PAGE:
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Circulation. 2001 Jul 24;104(4):387-92.

Use of intravascular ultrasound to compare effects of different strategies of lipid-lowering therapy on plaque volume and composition in patients with coronary artery disease.

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Universitaetsklinikum Charité, Campus Virchow, German Heart Institute Berlin, Germany.



We studied whether lipid-lowering therapy with atorvastatin (target LDL cholesterol [LDL-C] <100 mg/dL) compared with a moderate treatment regimen that used other lipid-lowering drugs led to a lesser progression of atherosclerosis and to different changes in plaque echogenicity in patients with coronary artery disease.


This study was a 12-month, open-label, randomized, multicenter trial, which used serial 3D intracoronary ultrasound to calculate plaque volume and plaque echogenicity. After transcatheter therapy, 131 patients were randomized (atorvastatin n=65, usual care n=66). The target plaque had to be a minor lesion (ie, a diameter stenosis of <50% on angiography). After 12 months, mean LDL-C was reduced from 155 to 86 mg/dL in the atorvastatin group and from 166 to 140 mg/dL in the usual care group. Mean absolute plaque volume showed a larger increase in the usual care group compared with the atorvastatin group (usual care 9.6+/-28.1 mm(3), atorvastatin 1.2+/-30.4 mm(3); P=0.191). The hyperechogenicity index of the plaque increased to a larger extent for the atorvastatin group than for the usual care group, with a significant treatment effect for the percent change (atorvastatin 42.2%, usual care 10.1%; P=0.021).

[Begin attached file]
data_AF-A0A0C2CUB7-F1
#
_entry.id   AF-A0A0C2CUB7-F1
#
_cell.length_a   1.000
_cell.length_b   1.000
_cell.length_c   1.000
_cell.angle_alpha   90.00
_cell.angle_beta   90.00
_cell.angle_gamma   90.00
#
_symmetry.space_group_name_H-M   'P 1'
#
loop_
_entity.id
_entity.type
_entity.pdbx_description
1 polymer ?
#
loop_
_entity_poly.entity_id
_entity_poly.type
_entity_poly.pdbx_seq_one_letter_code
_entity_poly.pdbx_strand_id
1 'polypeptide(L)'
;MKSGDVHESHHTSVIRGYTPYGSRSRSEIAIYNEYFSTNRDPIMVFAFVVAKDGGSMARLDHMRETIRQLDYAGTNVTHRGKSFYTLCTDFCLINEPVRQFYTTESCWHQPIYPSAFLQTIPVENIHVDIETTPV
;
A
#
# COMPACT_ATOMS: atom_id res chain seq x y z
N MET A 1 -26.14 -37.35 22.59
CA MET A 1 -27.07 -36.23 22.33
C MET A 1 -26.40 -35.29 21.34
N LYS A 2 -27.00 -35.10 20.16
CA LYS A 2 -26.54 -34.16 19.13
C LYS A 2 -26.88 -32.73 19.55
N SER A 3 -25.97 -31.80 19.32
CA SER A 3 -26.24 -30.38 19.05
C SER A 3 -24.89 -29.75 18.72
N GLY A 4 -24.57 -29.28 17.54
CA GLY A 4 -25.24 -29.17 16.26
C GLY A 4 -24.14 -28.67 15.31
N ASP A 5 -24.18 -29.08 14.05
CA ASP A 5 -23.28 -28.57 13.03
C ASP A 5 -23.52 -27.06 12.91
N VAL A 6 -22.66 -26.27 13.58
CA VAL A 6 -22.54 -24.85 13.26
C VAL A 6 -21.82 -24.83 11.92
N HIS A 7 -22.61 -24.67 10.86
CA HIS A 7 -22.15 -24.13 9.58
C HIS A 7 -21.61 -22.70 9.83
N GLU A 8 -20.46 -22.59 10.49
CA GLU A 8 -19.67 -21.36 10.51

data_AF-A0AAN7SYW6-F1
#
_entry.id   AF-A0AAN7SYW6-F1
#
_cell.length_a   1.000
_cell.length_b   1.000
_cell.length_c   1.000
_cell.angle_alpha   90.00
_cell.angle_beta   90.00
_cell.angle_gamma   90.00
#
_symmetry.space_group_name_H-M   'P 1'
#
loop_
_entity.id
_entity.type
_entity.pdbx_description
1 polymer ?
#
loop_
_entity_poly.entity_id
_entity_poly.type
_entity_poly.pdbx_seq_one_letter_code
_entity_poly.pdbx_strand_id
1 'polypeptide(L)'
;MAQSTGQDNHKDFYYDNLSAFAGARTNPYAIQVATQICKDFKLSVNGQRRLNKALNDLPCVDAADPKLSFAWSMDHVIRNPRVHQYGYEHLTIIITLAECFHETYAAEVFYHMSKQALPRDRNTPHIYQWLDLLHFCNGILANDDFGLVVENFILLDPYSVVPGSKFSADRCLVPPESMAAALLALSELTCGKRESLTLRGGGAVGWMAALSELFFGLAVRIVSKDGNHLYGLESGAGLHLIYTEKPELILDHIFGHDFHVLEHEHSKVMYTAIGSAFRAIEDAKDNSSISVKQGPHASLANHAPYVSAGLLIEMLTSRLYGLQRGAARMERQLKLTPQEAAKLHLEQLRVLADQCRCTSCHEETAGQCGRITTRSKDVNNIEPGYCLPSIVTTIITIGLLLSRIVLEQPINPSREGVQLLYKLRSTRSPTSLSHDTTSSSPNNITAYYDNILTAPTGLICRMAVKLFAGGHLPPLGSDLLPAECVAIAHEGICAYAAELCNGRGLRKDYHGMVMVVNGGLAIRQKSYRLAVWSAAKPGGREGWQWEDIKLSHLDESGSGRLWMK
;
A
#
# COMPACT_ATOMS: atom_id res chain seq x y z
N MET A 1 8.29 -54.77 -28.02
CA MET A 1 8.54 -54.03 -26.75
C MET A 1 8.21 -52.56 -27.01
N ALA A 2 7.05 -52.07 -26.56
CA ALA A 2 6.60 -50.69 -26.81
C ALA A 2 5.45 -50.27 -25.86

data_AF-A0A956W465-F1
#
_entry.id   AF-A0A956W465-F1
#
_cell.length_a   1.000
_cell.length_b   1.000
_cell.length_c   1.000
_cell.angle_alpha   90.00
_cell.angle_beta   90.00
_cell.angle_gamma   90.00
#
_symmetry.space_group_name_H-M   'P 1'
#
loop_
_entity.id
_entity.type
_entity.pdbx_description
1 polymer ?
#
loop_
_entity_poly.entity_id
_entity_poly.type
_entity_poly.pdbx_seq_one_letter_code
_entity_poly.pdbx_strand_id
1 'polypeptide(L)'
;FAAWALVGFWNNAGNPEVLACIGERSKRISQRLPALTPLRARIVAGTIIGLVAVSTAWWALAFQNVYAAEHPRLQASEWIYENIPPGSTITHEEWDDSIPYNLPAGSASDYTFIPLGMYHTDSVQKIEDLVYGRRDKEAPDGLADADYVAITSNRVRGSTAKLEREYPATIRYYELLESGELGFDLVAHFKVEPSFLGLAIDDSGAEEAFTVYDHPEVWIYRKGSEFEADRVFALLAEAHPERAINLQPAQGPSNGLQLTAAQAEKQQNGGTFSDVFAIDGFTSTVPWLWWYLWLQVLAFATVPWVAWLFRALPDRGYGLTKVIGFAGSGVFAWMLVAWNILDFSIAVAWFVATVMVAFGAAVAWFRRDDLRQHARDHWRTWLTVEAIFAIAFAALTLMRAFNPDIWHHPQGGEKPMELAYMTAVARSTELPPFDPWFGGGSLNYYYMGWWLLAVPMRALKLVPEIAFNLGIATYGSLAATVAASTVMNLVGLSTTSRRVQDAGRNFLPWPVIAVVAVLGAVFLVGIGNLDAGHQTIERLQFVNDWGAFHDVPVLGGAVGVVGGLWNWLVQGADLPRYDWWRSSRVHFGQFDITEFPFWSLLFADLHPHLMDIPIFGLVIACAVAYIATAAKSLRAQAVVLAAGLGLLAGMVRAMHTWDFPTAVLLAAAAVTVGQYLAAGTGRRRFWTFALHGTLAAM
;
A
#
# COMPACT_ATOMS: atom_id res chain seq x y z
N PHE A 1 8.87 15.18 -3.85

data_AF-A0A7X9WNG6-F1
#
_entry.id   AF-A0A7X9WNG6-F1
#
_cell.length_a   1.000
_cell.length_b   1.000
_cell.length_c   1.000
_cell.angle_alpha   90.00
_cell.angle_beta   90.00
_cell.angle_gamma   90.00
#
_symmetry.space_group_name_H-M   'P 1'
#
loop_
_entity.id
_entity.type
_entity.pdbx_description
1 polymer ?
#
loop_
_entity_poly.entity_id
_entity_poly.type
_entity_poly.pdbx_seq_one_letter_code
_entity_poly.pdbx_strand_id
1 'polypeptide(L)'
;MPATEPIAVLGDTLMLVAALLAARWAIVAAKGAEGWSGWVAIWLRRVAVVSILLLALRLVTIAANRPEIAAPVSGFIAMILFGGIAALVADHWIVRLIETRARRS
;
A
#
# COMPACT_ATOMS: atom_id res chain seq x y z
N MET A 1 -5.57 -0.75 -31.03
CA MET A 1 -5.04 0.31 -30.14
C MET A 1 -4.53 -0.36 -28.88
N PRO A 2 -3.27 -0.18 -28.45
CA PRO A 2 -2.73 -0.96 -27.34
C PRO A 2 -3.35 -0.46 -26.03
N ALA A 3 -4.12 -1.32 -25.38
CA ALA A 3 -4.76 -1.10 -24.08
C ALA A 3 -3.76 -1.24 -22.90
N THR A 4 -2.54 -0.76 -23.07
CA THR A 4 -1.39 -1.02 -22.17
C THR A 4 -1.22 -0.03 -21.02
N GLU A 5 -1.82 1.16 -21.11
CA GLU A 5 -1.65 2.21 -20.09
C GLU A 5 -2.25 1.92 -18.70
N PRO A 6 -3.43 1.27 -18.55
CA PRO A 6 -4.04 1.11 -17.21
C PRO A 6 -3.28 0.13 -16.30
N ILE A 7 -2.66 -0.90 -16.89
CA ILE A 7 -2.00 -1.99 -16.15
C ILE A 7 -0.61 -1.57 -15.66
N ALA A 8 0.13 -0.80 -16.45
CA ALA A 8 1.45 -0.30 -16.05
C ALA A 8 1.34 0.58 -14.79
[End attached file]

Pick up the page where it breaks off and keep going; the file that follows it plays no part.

One year of lipid-lowering therapy to <100 mg/dL LDL-C most likely led to a slowdown of plaque growth of minor lesions. The significantly larger increase in plaque hyperechogenicity is most likely due to a change in plaque composition.

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